As many of you know, I serve a small congregation based in the community of Drake, CO. Drake lies on Hwy 34 about half way between Loveland and Estes Park in Big Thompson Canyon. On Thursday, the Big Thompson River began to rise dramatically through the canyon because of a stalled storm over the Front Range of Colorado. Flood stage for the river is at six feet and it eventually reached over ten feet. The Big Thompson Canyon is fairly narrow for about 20 miles and the volume of water that rushed through was simply amazing. By Saturday, the damage was overwhelming and it is still raining. The river has crested, but still runs over nine feet.
The good news is that, as far as we know, we have not lost anyone. We do have a couple of people we cannot find, but we assume they got out safely or are still in their homes. Obviously, we will keep trying to find them. In these situations it is normal to lose people for a couple of days. My family and I live in Loveland, outside of the flood plain.
Two older women were killed by flood waters near the homes of some of our members and two of our members have lost their homes. The flooding was widespread, affecting communities as far south as Denver and as far east as Fort Morgan so far. Estimates say that over 1500 homes have been destroyed. In the canyon, the damage is great. The road is so eroded that CDOT says it may be eighteen months before it will be repaired.
Our little church building still stands, but we don’t know its condition. The house across the road is gone. Most of the people have been evacuated by helicopter, as there are no passable roads in any direction from the Drake community. It will be several months before any of them will be able to return home. This is, of course, just one of the areas of Colorado hit hard by floods this weekend, so resources are spread thin and restoration will be slow.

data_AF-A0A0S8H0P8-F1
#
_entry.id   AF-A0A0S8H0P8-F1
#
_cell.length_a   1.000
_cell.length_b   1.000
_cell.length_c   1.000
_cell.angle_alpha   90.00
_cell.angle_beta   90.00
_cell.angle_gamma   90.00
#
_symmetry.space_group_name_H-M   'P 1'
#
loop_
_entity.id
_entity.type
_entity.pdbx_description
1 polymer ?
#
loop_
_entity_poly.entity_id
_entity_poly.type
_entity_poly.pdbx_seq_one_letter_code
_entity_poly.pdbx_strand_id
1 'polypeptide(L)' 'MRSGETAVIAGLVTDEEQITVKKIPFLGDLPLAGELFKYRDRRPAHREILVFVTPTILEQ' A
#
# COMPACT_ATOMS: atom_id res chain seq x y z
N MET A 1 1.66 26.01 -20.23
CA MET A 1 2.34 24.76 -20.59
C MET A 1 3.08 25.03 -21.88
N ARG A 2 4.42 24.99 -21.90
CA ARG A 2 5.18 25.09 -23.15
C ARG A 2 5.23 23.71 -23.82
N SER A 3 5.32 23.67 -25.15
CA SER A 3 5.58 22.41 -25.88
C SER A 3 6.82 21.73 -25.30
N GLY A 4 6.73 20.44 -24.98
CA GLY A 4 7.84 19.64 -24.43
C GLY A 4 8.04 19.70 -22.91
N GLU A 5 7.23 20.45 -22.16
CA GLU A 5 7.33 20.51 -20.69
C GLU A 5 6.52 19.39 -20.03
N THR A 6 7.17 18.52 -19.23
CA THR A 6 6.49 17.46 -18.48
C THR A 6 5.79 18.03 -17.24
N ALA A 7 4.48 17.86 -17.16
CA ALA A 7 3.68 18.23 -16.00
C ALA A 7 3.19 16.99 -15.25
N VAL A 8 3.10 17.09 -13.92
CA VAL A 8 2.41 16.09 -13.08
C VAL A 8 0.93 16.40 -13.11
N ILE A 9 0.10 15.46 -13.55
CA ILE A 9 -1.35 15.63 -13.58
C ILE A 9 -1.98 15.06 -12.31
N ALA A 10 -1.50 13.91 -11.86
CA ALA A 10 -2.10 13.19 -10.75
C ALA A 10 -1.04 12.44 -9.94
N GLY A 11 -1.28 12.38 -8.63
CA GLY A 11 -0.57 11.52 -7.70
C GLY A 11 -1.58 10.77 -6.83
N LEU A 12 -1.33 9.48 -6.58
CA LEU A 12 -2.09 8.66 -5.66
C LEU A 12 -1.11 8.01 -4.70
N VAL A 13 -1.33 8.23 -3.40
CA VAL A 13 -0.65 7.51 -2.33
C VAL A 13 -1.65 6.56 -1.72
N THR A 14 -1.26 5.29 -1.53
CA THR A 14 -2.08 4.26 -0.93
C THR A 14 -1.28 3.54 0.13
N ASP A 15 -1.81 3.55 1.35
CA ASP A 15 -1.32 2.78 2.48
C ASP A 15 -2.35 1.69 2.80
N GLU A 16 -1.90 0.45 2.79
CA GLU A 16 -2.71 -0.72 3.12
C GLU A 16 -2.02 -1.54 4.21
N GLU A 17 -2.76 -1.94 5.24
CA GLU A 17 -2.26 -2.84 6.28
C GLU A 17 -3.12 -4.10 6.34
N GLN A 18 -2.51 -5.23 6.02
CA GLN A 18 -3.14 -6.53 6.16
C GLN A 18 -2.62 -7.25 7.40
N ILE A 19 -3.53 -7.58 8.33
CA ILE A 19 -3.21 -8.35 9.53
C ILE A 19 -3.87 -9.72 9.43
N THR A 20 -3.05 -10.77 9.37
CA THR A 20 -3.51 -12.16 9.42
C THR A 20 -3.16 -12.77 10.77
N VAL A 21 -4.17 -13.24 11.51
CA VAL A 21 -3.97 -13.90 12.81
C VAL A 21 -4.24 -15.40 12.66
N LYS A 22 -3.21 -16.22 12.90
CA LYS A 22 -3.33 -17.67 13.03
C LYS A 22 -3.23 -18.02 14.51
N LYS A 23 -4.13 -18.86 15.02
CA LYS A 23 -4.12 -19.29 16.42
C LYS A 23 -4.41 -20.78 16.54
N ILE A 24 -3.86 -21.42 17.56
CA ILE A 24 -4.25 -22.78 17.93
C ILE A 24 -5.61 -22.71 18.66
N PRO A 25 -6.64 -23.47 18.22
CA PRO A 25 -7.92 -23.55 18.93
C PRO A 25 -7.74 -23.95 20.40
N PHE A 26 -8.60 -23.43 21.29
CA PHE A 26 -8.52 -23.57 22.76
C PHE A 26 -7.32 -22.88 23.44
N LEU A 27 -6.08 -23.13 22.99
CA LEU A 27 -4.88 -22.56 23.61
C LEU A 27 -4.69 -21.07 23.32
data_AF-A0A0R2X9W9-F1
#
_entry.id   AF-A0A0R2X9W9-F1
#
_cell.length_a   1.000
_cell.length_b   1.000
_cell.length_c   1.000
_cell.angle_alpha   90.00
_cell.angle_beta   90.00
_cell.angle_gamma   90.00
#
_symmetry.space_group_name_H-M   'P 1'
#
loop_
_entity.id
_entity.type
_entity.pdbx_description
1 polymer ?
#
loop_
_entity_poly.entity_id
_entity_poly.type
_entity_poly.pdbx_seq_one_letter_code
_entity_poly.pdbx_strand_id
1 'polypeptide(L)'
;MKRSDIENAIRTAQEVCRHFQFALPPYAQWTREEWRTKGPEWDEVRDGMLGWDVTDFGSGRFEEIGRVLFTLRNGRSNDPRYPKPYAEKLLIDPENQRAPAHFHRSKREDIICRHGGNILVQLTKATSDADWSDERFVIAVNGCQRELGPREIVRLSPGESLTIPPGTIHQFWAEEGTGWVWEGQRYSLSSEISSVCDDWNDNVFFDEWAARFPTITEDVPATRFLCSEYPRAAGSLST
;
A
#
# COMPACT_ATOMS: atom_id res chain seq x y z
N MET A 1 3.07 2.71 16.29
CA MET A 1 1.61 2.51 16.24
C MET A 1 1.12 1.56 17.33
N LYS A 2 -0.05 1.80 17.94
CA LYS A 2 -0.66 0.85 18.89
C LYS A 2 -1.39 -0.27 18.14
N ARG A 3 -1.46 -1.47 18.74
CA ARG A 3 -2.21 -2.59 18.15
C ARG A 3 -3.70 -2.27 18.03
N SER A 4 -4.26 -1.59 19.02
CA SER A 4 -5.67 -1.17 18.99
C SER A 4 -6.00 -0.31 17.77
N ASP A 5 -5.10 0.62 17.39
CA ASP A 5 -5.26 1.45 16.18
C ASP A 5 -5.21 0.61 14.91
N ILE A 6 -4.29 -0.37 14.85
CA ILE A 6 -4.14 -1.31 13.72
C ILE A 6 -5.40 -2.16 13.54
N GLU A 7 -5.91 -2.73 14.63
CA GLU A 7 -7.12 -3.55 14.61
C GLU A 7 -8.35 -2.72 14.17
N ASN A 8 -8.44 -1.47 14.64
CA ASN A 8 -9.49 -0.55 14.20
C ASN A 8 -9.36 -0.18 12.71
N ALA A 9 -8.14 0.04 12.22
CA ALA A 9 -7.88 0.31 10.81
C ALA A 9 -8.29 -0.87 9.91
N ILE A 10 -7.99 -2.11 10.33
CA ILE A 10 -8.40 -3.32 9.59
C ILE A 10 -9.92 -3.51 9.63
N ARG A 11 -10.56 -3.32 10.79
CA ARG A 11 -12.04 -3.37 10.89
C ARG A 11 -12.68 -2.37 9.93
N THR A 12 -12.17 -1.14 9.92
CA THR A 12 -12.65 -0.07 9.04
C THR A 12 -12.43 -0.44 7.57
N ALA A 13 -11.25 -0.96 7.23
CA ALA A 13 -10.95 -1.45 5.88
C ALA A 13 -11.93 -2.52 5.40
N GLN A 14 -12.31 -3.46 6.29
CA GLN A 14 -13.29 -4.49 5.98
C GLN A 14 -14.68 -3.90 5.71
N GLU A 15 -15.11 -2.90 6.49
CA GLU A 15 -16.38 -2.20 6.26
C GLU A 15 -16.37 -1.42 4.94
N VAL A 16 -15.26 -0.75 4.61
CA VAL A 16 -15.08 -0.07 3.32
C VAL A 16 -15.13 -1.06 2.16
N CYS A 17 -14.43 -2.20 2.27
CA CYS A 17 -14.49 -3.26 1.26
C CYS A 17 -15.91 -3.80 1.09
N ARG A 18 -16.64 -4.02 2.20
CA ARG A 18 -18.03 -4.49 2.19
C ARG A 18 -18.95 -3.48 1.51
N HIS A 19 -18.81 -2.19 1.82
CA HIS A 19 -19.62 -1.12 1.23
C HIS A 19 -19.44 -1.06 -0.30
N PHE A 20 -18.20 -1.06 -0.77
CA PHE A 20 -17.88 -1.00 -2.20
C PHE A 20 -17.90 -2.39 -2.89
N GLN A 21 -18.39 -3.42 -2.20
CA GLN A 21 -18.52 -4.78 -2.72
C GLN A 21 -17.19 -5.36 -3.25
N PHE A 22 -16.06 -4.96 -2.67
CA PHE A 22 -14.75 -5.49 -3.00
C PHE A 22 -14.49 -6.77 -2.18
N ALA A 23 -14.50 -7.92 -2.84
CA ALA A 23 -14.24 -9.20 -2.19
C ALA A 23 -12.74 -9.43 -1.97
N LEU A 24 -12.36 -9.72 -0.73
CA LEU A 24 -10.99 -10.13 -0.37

Obviously, the material damage is great and will take time, money, and a great deal of energy to repair. But the psychological damage is even greater. Most of the folks in our little chapel had retired to the mountains to enjoy the scenery, the birds, and the fishing. Everything they had was tied up in their homes and community. Now that is all gone. Those who will be able to return may find more change than they will be able to handle. Neighbors are gone; yards have been ripped away by flood waters. One man said that his cars are in his garage, but there is a ten-foot drop at the end of his driveway. Almost all have basements or ground levels full of mud and sewage and won’t be able to do anything about it until Spring. There will almost certainly be health and emotional struggles associated with this, besides spiritual struggles.
Your prayers will be most appreciated. Since most of our folks evacuated to Loveland, where I live, we will try to find a meeting place so we can maintain some sense of continuity. Finding everyone is top priority and finding a meeting place is next. Many changes are coming and change is harder and less welcome for those who are older.
You can find YouTube videos about the Big Thompson Canyon flood and there is a great deal of information on the Web, so I won’t post any pictures here. I intend to continue with regular blog posts on Wednesday.
Thanks again for your prayers.